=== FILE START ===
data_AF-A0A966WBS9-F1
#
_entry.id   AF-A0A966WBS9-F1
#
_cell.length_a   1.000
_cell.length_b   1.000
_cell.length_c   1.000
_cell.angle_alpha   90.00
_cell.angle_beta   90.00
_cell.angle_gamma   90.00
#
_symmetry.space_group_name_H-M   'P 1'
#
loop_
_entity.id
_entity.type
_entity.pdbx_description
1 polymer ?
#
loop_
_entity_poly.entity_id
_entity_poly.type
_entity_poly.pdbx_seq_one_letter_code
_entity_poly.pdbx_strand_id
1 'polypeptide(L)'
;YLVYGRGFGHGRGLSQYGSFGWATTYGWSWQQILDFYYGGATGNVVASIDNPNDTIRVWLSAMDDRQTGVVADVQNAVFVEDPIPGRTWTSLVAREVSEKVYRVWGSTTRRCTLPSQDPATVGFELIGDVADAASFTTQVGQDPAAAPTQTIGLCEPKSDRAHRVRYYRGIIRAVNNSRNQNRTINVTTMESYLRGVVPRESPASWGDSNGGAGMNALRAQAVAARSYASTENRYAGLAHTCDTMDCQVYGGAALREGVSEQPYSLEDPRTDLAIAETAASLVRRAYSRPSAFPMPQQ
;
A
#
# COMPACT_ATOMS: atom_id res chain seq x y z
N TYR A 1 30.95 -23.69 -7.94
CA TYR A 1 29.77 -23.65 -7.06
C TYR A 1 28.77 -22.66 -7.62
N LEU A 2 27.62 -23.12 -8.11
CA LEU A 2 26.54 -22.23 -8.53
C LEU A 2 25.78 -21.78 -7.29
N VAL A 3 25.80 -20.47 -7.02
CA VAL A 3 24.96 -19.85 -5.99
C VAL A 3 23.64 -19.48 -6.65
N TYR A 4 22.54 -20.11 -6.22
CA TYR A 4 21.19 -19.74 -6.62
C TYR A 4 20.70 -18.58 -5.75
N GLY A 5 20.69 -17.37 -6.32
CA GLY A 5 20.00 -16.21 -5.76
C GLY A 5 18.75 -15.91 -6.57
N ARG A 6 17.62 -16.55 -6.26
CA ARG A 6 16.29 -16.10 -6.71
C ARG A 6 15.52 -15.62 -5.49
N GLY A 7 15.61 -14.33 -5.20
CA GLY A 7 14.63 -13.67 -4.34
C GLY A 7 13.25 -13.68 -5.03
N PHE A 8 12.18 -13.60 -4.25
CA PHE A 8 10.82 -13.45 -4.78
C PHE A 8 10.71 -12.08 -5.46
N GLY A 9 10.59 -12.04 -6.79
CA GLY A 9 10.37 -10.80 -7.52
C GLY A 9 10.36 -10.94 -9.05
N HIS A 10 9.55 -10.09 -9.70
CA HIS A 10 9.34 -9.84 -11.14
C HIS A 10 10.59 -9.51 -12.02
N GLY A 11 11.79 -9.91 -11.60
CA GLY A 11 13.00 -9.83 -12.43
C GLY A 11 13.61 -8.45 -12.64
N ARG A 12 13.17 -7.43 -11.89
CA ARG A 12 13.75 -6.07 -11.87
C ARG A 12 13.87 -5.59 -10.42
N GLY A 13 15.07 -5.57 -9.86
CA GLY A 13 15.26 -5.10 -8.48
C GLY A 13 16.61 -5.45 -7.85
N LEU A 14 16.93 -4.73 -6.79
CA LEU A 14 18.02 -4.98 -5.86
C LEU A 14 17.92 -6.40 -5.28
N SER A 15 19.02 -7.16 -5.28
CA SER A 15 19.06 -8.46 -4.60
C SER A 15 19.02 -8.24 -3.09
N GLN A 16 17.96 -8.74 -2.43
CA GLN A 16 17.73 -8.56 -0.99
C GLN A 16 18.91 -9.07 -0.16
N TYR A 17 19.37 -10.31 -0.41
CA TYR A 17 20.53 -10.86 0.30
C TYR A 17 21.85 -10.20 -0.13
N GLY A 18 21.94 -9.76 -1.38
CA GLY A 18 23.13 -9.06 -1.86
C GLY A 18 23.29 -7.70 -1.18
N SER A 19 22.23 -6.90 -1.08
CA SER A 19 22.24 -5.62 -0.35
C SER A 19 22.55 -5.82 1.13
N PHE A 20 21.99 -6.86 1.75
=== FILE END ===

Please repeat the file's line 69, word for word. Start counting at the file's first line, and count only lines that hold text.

C GLY A 13 16.61 -5.45 -7.85